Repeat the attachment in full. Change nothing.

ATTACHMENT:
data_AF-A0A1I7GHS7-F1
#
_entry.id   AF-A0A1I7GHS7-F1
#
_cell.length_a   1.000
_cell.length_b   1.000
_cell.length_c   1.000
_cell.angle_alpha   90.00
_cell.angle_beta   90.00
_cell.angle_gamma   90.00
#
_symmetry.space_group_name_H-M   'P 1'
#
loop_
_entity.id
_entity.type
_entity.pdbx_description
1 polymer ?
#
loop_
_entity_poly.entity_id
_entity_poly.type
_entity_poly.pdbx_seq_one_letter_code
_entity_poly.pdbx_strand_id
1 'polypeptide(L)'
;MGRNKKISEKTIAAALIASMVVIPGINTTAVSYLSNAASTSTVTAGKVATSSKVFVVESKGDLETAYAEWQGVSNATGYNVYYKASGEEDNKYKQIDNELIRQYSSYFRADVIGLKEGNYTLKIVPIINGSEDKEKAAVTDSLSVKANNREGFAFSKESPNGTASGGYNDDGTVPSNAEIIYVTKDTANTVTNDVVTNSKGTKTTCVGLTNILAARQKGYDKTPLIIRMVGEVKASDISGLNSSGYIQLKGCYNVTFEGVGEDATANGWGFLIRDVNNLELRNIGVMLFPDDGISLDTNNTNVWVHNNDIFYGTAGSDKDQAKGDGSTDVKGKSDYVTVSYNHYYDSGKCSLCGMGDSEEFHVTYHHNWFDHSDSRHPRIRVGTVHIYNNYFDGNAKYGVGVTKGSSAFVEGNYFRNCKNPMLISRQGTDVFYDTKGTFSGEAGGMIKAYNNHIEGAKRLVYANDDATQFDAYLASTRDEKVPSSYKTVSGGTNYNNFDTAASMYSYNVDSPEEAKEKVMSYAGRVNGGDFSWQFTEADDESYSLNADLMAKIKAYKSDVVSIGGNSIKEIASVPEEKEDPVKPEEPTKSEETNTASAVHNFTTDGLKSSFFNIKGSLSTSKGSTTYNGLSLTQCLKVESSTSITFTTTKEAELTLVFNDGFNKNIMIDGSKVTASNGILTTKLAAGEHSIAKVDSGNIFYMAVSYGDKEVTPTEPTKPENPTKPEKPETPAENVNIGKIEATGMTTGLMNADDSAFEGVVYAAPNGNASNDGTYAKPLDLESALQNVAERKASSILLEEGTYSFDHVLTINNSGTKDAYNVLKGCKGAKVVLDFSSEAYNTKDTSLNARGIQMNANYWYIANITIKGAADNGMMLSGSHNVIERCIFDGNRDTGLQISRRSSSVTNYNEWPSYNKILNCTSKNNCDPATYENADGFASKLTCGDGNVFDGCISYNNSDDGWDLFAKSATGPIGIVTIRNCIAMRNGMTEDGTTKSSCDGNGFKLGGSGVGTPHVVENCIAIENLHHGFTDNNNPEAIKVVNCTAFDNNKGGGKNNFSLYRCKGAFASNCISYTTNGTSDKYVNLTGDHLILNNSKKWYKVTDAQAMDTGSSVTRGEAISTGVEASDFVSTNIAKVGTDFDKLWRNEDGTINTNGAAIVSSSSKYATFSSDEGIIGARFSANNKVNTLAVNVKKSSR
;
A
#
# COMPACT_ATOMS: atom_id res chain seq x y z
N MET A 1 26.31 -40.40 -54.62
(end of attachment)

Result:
data_AF-A0A1I7GHS7-F1
#
_entry.id   AF-A0A1I7GHS7-F1
#
_cell.length_a   1.000
_cell.length_b   1.000
_cell.length_c   1.000
_cell.angle_alpha   90.00
_cell.angle_beta   90.00
_cell.angle_gamma   90.00
#
_symmetry.space_group_name_H-M   'P 1'
#
loop_
_entity.id
_entity.type
_entity.pdbx_description
1 polymer ?
#
loop_
_entity_poly.entity_id
_entity_poly.type
_entity_poly.pdbx_seq_one_letter_code
_entity_poly.pdbx_strand_id
1 'polypeptide(L)'
;MGRNKKISEKTIAAALIASMVVIPGINTTAVSYLSNAASTSTVTAGKVATSSKVFVVESKGDLETAYAEWQGVSNATGYNVYYKASGEEDNKYKQIDNELIRQYSSYFRADVIGLKEGNYTLKIVPIINGSEDKEKAAVTDSLSVKANNREGFAFSKESPNGTASGGYNDDGTVPSNAEIIYVTKDTANTVTNDVVTNSKGTKTTCVGLTNILAARQKGYDKTPLIIRMVGEVKASDISGLNSSGYIQLKGCYNVTFEGVGEDATANGWGFLIRDVNNLELRNIGVMLFPDDGISLDTNNTNVWVHNNDIFYGTAGSDKDQAKGDGSTDVKGKSDYVTVSYNHYYDSGKCSLCGMGDSEEFHVTYHHNWFDHSDSRHPRIRVGTVHIYNNYFDGNAKYGVGVTKGSSAFVEGNYFRNCKNPMLISRQGTDVFYDTKGTFSGEAGGMIKAYNNHIEGAKRLVYANDDATQFDAYLASTRDEKVPSSYKTVSGGTNYNNFDTAASMYSYNVDSPEEAKEKVMSYAGRVNGGDFSWQFTEADDESYSLNADLMAKIKAYKSDVVSIGGNSIKEIASVPEEKEDPVKPEEPTKSEETNTASAVHNFTTDGLKSSFFNIKGSLSTSKGSTTYNGLSLTQCLKVESSTSITFTTTKEAELTLVFNDGFNKNIMIDGSKVTASNGILTTKLAAGEHSIAKVDSGNIFYMAVSYGDKEVTPTEPTKPENPTKPEKPETPAENVNIGKIEATGMTTGLMNADDSAFEGVVYAAPNGNASNDGTYAKPLDLESALQNVAERKASSILLEEGTYSFDHVLTINNSGTKDAYNVLKGCKGAKVVLDFSSEAYNTKDTSLNARGIQMNANYWYIANITIKGAADNGMMLSGSHNVIERCIFDGNRDTGLQISRRSSSVTNYNEWPSYNKILNCTSKNNCDPATYENADGFASKLTCGDGNVFDGCISYNNSDDGWDLFAKSATGPIGIVTIRNCIAMRNGMTEDGTTKSSCDGNGFKLGGSGVGTPHVVENCIAIENLHHGFTDNNNPEAIKVVNCTAFDNNKGGGKNNFSLYRCKGAFASNCISYTTNGTSDKYVNLTGDHLILNNSKKWYKVTDAQAMDTGSSVTRGEAISTGVEASDFVSTNIAKVGTDFDKLWRNEDGTINTNGAAIVSSSSKYATFSSDEGIIGARFSANNKVNTLAVNVKKSSR
;
A
#
# COMPACT_ATOMS: atom_id res chain seq x y z
N MET A 1 26.31 -40.40 -54.62